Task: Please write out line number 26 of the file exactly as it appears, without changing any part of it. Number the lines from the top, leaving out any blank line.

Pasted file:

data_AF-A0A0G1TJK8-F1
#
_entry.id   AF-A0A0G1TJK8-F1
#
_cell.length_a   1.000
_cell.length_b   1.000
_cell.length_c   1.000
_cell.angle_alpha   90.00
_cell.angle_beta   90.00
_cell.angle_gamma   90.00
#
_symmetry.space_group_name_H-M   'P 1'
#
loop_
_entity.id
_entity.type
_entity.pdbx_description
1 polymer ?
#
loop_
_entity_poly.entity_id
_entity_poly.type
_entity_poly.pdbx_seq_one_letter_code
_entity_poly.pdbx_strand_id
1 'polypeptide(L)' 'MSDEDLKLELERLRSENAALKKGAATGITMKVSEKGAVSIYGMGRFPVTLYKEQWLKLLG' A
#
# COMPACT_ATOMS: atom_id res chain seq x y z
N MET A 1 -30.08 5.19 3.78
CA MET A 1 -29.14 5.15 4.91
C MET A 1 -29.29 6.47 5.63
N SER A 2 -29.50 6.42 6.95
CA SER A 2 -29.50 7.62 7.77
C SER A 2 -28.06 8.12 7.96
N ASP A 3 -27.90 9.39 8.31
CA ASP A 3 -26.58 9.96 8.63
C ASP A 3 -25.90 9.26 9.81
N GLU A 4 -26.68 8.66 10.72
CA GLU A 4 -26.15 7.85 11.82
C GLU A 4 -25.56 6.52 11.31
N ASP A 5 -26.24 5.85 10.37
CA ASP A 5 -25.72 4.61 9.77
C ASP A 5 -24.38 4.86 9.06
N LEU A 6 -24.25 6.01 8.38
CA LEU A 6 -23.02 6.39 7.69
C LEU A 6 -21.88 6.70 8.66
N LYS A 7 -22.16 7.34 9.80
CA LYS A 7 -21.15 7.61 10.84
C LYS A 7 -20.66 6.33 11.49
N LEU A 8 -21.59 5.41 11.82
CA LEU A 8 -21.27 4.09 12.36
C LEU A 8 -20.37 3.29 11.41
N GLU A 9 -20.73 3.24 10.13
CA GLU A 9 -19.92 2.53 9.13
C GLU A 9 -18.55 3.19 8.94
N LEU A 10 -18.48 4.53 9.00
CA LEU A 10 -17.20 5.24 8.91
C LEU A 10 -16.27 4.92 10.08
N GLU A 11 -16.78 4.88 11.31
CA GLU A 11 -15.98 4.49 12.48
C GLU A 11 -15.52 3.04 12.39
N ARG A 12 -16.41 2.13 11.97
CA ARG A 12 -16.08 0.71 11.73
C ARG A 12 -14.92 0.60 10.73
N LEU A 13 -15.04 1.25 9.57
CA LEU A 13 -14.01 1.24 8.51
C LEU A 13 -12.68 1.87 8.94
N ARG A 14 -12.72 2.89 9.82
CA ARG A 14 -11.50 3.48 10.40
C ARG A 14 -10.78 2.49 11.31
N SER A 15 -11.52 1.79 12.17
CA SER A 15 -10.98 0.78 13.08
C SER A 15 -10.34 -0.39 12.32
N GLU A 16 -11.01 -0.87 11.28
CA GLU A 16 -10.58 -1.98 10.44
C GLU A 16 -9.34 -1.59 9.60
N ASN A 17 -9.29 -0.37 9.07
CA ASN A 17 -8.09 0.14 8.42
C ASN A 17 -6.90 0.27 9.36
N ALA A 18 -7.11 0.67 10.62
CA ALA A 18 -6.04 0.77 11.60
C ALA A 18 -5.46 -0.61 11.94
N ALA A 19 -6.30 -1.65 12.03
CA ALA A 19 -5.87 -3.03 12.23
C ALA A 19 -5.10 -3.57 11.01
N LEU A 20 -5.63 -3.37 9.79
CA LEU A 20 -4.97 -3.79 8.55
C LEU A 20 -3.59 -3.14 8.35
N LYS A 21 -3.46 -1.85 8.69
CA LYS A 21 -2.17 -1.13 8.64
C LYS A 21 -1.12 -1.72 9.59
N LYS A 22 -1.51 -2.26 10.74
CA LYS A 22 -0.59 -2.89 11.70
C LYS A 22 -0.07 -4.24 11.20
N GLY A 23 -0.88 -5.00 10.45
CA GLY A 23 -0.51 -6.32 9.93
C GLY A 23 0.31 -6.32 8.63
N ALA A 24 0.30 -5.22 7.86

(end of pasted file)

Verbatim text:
#